tum, we observe that the stability limit for headon col
lisions is moved to 3.19 < Uo < 3.28m/s. In com
parison, for equal sized drops (D, Do 195pm
5%), we have : 2.52m/s < Uo < 2.56m/s. A sim
ilar stabilization is also seen for M,/MG 1.37 with
2.97m/s < Uo < 3.14m/s. In both cases, the pic
tures of the collisions indicate that crossing separation
occurs, compare Fig. 20 with Fig. 7. This means that,
in the case of an oil drop smaller than the aqueous one
(here Mo/Moof 0.46), less oil is available in the ex
crescence. As a result, more kinetic energy is needed to
stretch it until the modified Rayleigh criterion is reached
and leads to its breakup. Note that (, is found to be
3.05, which is in very good agreement with the values
found for equal sized drops and tends to validate our
point of view on crossing separation breakup. In con
trast, when the oil drop is bigger than the aqueous one
(here Mo/Mo = 1.37), a bigger volume of oil has to
flow, leading to higher viscous losses. For this reason,
the growth of the excrescence is limited, and the stabil
ity increases. The measurement of the critical ,p gives
a value between 2.85 and 2.95, which corroborates our
statement about the limited growth of the excrescence
while staying in the range of our modified Rayleigh cri
terion.
When increasing further Mo/M0 to 4.24, the sta
bility of the headon collisions is further increased :
4.14 < Uo < 5.22m/s. The broad range of Uo is due to
the difficulty to identify the transition with the recorded
frames. It is also interesting to point out that the mecha
nism for the headon separation is not the crossing sepa
ration any more. As for the perfluorodecaline, reflexive
VE+
separation takes place, see Figs. 21 and 9. At the mo
ment we may simply identify that, for a given viscosity
ratio of the two liquids, the momentum ratio of the two
drops determines the mechanism of the headon separa
tion. We hope that our ongoing work will bring a good
theoretical explanation of this observation.
Conclusions
We presented experimental investigations on immisci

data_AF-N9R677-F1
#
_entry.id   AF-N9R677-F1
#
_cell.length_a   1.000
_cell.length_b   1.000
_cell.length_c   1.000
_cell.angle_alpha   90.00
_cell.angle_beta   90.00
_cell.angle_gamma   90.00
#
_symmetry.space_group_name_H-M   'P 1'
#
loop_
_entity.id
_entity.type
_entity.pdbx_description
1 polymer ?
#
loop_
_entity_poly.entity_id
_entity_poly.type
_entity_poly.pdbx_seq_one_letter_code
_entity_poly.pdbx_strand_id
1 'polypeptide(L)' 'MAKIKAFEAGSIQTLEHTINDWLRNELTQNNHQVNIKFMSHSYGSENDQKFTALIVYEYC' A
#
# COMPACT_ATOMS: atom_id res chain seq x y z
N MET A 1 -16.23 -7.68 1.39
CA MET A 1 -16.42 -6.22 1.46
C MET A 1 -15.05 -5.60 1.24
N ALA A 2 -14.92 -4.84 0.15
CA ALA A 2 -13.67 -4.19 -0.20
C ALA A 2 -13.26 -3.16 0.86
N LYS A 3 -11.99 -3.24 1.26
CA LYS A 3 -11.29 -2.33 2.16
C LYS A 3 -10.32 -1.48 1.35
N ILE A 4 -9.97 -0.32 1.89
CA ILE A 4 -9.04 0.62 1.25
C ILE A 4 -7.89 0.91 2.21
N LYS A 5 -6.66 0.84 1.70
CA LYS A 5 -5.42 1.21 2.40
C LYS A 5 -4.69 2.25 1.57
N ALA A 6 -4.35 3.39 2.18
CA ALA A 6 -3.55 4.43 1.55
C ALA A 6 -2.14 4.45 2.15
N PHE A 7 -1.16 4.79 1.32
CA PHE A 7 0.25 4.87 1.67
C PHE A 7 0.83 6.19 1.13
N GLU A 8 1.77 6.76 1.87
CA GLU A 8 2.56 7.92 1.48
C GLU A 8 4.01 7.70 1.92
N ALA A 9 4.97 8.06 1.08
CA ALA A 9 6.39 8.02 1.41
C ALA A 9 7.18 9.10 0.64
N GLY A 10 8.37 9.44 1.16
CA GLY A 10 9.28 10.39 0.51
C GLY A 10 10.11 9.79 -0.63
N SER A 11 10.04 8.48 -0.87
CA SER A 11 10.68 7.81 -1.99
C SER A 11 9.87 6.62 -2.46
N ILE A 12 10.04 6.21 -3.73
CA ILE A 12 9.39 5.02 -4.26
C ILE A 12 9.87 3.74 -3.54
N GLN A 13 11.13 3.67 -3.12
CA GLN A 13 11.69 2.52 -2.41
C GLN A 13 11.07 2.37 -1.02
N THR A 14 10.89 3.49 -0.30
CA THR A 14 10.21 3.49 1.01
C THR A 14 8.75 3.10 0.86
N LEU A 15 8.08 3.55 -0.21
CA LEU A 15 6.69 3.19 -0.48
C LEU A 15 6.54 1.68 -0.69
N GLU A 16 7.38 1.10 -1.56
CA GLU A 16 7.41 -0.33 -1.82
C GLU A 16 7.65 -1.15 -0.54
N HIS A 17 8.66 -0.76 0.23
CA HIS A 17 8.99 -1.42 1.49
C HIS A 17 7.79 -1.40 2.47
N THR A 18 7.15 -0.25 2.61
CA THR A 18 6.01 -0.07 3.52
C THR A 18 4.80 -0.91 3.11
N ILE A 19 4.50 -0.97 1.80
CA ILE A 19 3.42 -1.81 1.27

ble liquid droplet collisions for encapsulation. Aque
ous glycerol solutions were tested with several silicon
oils and a fluorinated oil. We survey the different out
comes of such collisions and compare them to the more
classical case of collisions between drops of the same
liquid. Even if the regimes are very similar, we show
that the process leading to headon separation are com
pletely different. For immiscible liquids we could iden
tify three mechanisms: crossing separation, singlereflex
separation, and reflexive separation. The viscosity ra
tio plus the momentum ratio control the process of sep
aration. The threshold velocity for headon separation
scales as the square root of the encapsulating liquid. In
the crossing separation domain, this threshold velocity
is not modified by changing the encapsulated phase vis
cosity of a factor 4. For unequalsized drops, the full
encapsulation can be achieved for higher velocities, re
gardless which drop is the bigger one. Another way to
vary the shell thickness is to work with offcenter colli
sions. In the domain where X > 0.5, the coating thick
ness can be tuned by varying the impact parameter, in
dependently of both the pair of liquids and the relative
velocity of the drops. As a result, binary collisions of
immiscible liquids drops appear as a very promising and
reliable way to encapsulate a liquid.
Acknowledgements
We acknowledge financial support from the Hubert
Curien Program AMADEUS 2009 from the French Min
istry of Foreign Affairs and the Austrian OAD. Financial
support from the Steiermnirkische Landesregierung for
C.P is gratefully acknowledged. We wish to thank the
institute TVTUT of Graz University of Technology for
support in the measurements of intercafial tensions.
7th International Conference on Multiphase Flow,
ICMF 2010, Tampa, FL, May 30 June 4, 2010